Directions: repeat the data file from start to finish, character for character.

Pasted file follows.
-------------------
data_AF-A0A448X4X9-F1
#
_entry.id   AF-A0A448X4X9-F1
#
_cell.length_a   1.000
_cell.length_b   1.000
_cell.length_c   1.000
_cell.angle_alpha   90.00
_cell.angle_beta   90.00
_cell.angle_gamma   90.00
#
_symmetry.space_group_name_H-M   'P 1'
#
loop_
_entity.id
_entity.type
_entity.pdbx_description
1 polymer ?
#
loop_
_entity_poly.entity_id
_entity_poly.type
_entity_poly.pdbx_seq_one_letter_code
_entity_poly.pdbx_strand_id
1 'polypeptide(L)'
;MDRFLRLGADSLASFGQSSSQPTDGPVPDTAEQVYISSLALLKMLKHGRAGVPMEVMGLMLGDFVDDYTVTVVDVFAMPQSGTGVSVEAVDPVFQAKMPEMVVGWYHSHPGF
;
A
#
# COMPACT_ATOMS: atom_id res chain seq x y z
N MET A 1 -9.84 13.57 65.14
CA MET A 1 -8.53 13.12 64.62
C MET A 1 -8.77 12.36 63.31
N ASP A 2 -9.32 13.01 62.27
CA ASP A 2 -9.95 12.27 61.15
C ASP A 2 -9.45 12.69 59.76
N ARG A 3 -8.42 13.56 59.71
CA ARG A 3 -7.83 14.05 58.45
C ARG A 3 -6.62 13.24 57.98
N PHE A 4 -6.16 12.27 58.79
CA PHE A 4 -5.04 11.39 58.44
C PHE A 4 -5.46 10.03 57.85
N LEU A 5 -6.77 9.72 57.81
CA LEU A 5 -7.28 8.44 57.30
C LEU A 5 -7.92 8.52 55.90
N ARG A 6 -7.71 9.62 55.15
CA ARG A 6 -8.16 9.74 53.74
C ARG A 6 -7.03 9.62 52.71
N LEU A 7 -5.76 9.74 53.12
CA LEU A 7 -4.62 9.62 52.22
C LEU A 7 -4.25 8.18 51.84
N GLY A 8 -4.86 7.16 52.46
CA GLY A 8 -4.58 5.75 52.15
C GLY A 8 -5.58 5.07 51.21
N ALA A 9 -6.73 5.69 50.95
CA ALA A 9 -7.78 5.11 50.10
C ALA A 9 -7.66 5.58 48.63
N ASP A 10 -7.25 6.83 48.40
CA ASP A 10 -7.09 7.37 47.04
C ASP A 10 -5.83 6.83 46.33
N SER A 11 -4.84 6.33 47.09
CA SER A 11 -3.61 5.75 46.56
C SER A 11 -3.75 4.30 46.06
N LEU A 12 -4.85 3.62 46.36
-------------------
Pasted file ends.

data_AF-A0A448X4X9-F1
#
_entry.id   AF-A0A448X4X9-F1
#
_cell.length_a   1.000
_cell.length_b   1.000
_cell.length_c   1.000
_cell.angle_alpha   90.00
_cell.angle_beta   90.00
_cell.angle_gamma   90.00
#
_symmetry.space_group_name_H-M   'P 1'
#
loop_
_entity.id
_entity.type
_entity.pdbx_description
1 polymer ?
#
loop_
_entity_poly.entity_id
_entity_poly.type
_entity_poly.pdbx_seq_one_letter_code
_entity_poly.pdbx_strand_id
1 'polypeptide(L)'
;MDRFLRLGADSLASFGQSSSQPTDGPVPDTAEQVYISSLALLKMLKHGRAGVPMEVMGLMLGDFVDDYTVTVVDVFAMPQSGTGVSVEAVDPVFQAKMPEMVVGWYHSHPGF
;
A
#
# COMPACT_ATOMS: atom_id res chain seq x y z
N MET A 1 -9.84 13.57 65.14
CA MET A 1 -8.53 13.12 64.62
C MET A 1 -8.77 12.36 63.31
N ASP A 2 -9.32 13.01 62.27
CA ASP A 2 -9.95 12.27 61.15
C ASP A 2 -9.45 12.69 59.76
N ARG A 3 -8.42 13.56 59.71
CA ARG A 3 -7.83 14.05 58.45
C ARG A 3 -6.62 13.24 57.98
N PHE A 4 -6.16 12.27 58.79
CA PHE A 4 -5.04 11.39 58.44
C PHE A 4 -5.46 10.03 57.85
N LEU A 5 -6.77 9.72 57.81
CA LEU A 5 -7.28 8.44 57.30
C LEU A 5 -7.92 8.52 55.90
N ARG A 6 -7.71 9.62 55.15
CA ARG A 6 -8.16 9.74 53.74
C ARG A 6 -7.03 9.62 52.71
N LEU A 7 -5.76 9.74 53.12
CA LEU A 7 -4.62 9.62 52.22
C LEU A 7 -4.25 8.18 51.84
N GLY A 8 -4.86 7.16 52.46
CA GLY A 8 -4.58 5.75 52.15
C GLY A 8 -5.58 5.07 51.21
N ALA A 9 -6.73 5.69 50.95
CA ALA A 9 -7.78 5.11 50.10
C ALA A 9 -7.66 5.58 48.63
N ASP A 10 -7.25 6.83 48.40
CA ASP A 10 -7.09 7.37 47.04
C ASP A 10 -5.83 6.83 46.33
N SER A 11 -4.84 6.33 47.09
CA SER A 11 -3.61 5.75 46.56
C SER A 11 -3.75 4.30 46.06
N LEU A 12 -4.85 3.62 46.36